Jerry Greenfield



The ampersand symbol serves as my personal logo. The ampersand (also called epershand) dates from Roman times and is formed from the characters in the Latin word “et,” meaning “and” or concatenation. The character has many forms depending on the font. In the GrHelvetica font I am using for running text in this blog, the character has the most common simplified form of “&”.

The particular letterform I have adopted as my logo is from the Edwardian Script ITC font. I have chosen it, first, because it is beautiful in its own right as a visual object. But there is more to it than that. WIthout regard to its literal meaning, it suggests to me the treble clef sign in music and--a little more subtly--the wrap of a French horn, both associations being particularly meaningful to me.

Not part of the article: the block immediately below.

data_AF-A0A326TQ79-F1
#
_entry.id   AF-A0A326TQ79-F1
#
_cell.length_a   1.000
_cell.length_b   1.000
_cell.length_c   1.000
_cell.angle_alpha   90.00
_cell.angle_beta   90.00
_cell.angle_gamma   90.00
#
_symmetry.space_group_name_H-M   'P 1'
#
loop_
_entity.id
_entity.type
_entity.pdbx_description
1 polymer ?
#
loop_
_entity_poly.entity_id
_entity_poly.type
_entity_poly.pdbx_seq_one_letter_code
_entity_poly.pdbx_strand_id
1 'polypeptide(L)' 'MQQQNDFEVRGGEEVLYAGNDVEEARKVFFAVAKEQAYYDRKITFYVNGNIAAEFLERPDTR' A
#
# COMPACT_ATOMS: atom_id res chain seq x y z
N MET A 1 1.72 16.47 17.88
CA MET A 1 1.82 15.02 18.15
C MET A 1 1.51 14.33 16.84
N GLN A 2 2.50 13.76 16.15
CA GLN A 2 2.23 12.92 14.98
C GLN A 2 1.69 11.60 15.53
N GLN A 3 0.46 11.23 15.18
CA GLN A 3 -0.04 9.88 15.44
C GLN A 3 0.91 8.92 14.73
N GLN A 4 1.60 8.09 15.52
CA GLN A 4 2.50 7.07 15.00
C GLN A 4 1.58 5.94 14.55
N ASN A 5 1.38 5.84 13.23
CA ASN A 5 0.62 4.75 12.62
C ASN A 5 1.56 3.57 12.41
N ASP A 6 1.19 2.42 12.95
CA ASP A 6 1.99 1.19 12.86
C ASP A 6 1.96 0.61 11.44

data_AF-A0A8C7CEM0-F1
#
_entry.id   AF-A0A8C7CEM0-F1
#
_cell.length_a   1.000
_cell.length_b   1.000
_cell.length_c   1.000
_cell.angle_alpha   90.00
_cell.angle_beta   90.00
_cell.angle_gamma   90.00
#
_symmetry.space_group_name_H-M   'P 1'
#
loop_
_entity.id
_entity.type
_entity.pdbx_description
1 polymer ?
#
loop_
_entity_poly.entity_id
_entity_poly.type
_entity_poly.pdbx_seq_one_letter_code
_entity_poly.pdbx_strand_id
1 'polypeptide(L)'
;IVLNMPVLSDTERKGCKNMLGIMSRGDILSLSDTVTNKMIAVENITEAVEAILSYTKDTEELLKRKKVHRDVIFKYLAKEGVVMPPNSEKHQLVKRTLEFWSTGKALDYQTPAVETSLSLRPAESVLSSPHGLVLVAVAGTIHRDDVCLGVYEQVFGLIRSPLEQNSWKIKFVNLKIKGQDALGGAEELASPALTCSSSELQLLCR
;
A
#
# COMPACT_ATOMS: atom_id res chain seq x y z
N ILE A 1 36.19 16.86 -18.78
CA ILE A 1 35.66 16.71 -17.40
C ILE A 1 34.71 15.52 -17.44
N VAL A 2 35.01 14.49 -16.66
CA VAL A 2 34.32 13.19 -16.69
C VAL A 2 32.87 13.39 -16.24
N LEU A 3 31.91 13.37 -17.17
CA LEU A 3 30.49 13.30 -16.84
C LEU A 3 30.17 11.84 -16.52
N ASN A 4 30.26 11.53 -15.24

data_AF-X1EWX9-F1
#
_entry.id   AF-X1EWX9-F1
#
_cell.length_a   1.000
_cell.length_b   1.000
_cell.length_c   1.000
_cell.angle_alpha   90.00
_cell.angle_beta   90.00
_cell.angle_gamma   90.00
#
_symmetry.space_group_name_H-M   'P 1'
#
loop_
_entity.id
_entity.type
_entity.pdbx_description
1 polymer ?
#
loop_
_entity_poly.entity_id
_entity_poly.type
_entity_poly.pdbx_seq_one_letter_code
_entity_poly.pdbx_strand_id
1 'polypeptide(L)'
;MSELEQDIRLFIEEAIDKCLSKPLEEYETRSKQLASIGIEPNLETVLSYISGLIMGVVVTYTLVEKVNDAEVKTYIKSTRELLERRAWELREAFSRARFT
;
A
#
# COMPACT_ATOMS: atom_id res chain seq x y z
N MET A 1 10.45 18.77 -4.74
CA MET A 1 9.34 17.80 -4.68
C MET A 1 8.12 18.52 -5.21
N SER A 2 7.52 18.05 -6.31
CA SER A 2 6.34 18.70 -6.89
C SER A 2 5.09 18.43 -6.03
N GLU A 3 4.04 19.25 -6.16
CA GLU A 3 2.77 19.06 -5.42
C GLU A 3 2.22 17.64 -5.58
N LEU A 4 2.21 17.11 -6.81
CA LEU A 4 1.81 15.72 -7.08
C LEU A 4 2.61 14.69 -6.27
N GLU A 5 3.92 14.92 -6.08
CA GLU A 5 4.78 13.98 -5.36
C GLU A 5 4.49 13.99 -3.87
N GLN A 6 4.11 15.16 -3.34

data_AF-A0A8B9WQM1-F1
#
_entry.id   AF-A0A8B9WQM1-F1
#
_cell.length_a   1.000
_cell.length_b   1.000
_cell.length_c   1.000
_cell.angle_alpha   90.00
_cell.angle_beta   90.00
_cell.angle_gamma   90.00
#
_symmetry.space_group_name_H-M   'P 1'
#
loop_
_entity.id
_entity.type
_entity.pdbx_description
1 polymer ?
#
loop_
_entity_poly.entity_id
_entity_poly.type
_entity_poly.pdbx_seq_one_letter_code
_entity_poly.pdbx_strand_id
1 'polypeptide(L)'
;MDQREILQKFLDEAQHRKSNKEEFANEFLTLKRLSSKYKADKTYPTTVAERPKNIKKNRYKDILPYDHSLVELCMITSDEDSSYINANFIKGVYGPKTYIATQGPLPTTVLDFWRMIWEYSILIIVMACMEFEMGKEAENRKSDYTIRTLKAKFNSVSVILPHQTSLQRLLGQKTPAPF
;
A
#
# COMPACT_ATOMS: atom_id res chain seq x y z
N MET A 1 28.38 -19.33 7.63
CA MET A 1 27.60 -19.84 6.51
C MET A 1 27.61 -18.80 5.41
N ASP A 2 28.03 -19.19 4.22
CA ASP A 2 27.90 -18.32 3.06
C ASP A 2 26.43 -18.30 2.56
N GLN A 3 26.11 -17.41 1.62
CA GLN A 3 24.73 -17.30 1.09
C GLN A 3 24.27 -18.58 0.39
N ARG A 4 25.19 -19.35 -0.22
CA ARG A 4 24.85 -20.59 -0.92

There is still more. The literal additive meaning of the symbol, even in its less decorative and allusionistic form, represents my many interests and involvements, as my website and blog demonstrate. The Edwardian Script form of the character perfectly captures this sense of inclusion and integration--of embrace, if you will--an optimistic interpretation, perhaps, of the diversity in my curriculum vitae. I think also that the complexity and busy-ness of the figure suggest correlates in my life experience as well.

Taking the ampersand to suggest variety and collectivity is certainly not original. Any number of businesses have latched onto it in their names. Lately I have been chagrined to see its use in a TV commercial on the theme of “The Land of And.” But I don’t mind if it serves to animate this symbol in popular culture. It’s a fine and useful character.

Adobe’s explanation of the ampersand character can be found at